The SSLSWCD data for 6 weeks prior to the first MPCA sampling at Miller Creek in March 1999 recorded 10 out of 11 samples to have chloride (salt) concentrations that EXCEEDED the federal and state water quality standard of 230 mg/L for protection of aquatic life.

Sudden inputs of concentrated pollutant, especially during low flow periods can cause significant negative impacts to aquatic organisms.

(Note: this image is not from Duluth!)
See an example of how EC25 responds to an early winter snowstorm in Duluth streams that still had their automated samplers in place!

Notice that the sensors picked up the big spike in conductivity with a very small blip in flow (stream stage height) and almost no change in turbidity or temperature. Adding all these facts together points to roadsalt washing into the streams.

Go here to see what happened on November 13, 2002 when Duluth had its second icy snowstorm.

You can create your own animated graphs yourself with our Dataviewer applets.


How much salt is there in stream and lakewater?
Pure water would theoretically have an EC25 value of less than 0.01 µS/cm. In practice, expensive distillers and de-ionizing systems used in water quality analytical laboratories, such as at NRRI, produce water as low as about 0.05 – 0.10 µS/cm. Rain water generally has considerably higher values because it has accumulated various particles of dust, soil and other airborne aerosols that at least partially dissolve before deposition.

The image below was developed to give you an idea of how much salt (dissolved solids and ions) is present in the DuluthStreams streams and in Minnesota's Water-on-the-Web (WOW) lakes and to compare them to a range of other aquatic systems. TDS, in milligrams per liter (mg/L) stands for total dissolved salts or solids and is the weight of material left behind were you to filter a liter of water to remove all the suspended particulates and then evaporate the water from the container (usually done in a drying oven in the lab unless you work on Lake Mead in southern Nevada where you can just set it outside for a few minutes in the summer). Each of the piles represents the amount of salt present in a liter of water. We used sodium bicarbonate (baking soda) for the lakes and sodium chloride (table salt) for the ocean.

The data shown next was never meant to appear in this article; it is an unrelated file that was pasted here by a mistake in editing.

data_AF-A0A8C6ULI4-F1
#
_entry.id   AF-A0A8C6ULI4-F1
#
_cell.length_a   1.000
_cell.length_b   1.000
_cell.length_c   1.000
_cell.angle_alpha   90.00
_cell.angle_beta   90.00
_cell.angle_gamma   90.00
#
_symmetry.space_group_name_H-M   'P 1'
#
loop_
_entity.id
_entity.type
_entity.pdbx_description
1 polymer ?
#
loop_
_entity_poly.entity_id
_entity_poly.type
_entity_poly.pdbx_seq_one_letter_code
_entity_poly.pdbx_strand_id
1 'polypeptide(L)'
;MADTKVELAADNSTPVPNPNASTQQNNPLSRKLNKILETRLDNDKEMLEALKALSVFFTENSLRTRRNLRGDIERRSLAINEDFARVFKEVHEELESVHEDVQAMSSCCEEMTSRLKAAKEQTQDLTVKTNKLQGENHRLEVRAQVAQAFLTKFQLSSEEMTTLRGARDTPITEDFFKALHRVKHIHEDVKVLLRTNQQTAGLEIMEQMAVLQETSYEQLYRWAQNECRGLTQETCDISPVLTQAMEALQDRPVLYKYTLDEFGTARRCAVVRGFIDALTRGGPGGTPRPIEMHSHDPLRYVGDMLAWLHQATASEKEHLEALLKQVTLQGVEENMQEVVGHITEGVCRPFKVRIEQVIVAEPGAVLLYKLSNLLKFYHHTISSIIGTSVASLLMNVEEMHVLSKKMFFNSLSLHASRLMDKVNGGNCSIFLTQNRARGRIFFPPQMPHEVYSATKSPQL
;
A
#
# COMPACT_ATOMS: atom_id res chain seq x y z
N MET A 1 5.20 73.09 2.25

photo of salt piles
for different lakes

(values are approximated annual means)
Lakes EC25
Divide Lake 10 4.6
Lake Superior 97 63
Lake Tahoe
92 64
Grindstone Lake 95 65
Ice Lake 110 79
Lake Independence
316 213
Lake Mead
850 640
Atlantic Ocean
43,000 35,000
Great Salt Lake
158,000 230,000
Dead Sea ? ~ 330,000

Rivers & Streams*


St. Louis River at Highway 23
     EPA STORET Database means
150 140
St. Louis River at Duluth Lift Bridge
     DuluthStreams Yr 2002
98-203 ?
Tischer Creek: mean (range)
     DuluthStreams Yr 2002
(96 - 2689)
Chester Creek: mean (range)
     DuluthStreams Yr 2002
Kingsbury Creek
    MPCA (2000) Yr 1999
     DuluthStreams Yr 2002



Amity Creek
     MPCA 2000


Miller Creek
     MPCA 2000
159-887 120-510
Split Rock River at Lake Superior
     MPCA Air Quality Division 1988
52-155 48-130
Blind Temperance River at Lake Superior
     MPCA Air Quality Division 1988-1990
35-130 22-111
Cloquet River at St. Louis River
     EPA STORET Database means
100 100